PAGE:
Last week, it was interesting to read the BBC’s take on Hillsong (“Hillsong: A church with rock concerts and 2m followers” – 13th August: The comment that caught my eye was towards the end of the article given by Steven Paulikas, a priest at All Saints Episcopal Church in Brooklyn and a doctoral student at Oxford’s school of theology, questioning the growth of Hillsong churches and their ‘fan following’ by asking  ‘is that Evangelism or is that marketing?’ It’s a well-worn line of protest to say that church growth should not be measured by numbers alone, but to emphasise the importance of deepening commitments. Ultimately, however, whatever way you look at it, people do matter and effective engagement with those not already in a church is important – a church without anyone there, is just a shell. And this brings us back to the question of marketing.    

During my Masters Degree in Marketing, I was taught a rule of thumb – you either make a product that the market wants or make the market want your product. One approach starts with the market and the other starts with the product. It’s the push and pull of market forces – you can “push” a product or the market demand “pulls” the product development. This rule of thumb is maybe a blunt instrument, but it depicts well the broad dynamic.

You see, I’m not really that interested in debating church growth, I think it’s a bit of a red herring (hopefully by the end of this piece it will be clear what I mean by this!) Instead, I want to think through what “effective engagement with those not already in church” looks like. For some, the shorthand of this phrase is church growth in the form of mission or evangelism, but these terms are often loaded and I prefer to spell out in a little more detail what I am attempting to discuss. “Evangelism” to some can sound very much like a one-way flow of information shouted by a street preacher and “mission” is sometimes understood as something that is done to others with colonial overtones of exerting one’s power over another. We need to set both these approaches aside once and for all. Therefore, I want to consider two ideas when looking at “effective engagement”?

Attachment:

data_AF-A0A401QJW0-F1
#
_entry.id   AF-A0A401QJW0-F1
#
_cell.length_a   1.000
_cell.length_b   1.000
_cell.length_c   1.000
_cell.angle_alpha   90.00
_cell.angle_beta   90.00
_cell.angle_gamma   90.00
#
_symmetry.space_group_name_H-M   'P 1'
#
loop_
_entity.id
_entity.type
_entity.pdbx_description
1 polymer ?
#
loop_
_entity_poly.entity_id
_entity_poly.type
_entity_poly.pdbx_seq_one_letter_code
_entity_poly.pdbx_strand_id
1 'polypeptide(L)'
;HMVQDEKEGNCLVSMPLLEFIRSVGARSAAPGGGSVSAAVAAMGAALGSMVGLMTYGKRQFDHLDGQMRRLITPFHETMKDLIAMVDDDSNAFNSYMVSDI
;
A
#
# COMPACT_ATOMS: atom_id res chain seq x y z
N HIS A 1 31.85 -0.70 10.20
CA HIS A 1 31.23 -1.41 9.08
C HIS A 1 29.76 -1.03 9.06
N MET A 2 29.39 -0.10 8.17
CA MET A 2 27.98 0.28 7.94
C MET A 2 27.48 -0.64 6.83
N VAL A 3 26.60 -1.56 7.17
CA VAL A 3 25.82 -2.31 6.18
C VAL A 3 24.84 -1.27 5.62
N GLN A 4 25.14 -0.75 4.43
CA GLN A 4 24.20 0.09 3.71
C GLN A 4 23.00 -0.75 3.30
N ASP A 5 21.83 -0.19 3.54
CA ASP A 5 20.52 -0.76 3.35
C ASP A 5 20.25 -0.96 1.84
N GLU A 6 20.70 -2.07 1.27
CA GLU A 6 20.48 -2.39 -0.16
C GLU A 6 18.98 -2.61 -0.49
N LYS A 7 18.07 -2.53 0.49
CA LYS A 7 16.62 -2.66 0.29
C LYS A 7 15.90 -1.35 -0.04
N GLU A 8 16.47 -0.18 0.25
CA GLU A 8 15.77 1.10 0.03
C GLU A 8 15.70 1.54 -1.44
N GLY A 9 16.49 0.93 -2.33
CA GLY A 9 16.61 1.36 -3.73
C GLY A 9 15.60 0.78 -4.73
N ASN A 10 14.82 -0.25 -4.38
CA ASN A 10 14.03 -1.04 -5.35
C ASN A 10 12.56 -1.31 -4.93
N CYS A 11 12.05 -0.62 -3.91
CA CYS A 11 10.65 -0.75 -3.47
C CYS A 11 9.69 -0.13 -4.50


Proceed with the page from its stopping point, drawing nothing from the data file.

First, there is a phrase that is credited to Marshall McLuhan which states that the medium is the message and I’ve found it a helpful idea to reflect upon.[1] In short, it suggests that what we say is influenced by how we communicate it, or perhaps even as far as holding that the method we choose to communicate something determines the message. A conversation in person with someone is quite different to tweeting at them – especially when you disagree! When it comes to churches this produces some interesting contrasts. On one hand, it is common to hear a message that Christianity calls us to a different lifestyle than those living in the “world”; but, on the other, evidenced in the case of Hillsong, churches draw heavily on the way of life outside of the church (albeit with some differences). Contemporary social practices such as music, dress, visual effects, branding all seem to figure large on some of the most “successful” churches. The question, therefore, becomes: does the (familiar) medium contradict and compromise the (alternative) message?[2] Rather than mimicking the practices outside of a church, shouldn’t a church consciously look different? And there’s some reason to do so. Despite organized religion declining, there is discussion of increasing spirituality and a renewed interest in high church formats – is this search for transcendence evidence that people are looking for something different, rather than something they see every day? More importantly, is this a case of the tail wagging the dog? Should church practice be influence by the practices of the non-Christian community, if the church is specifically live up to being the body of Christ? To go back to the marketing rule of thumb, are churches “products” that should be shaped by what the market demands at all?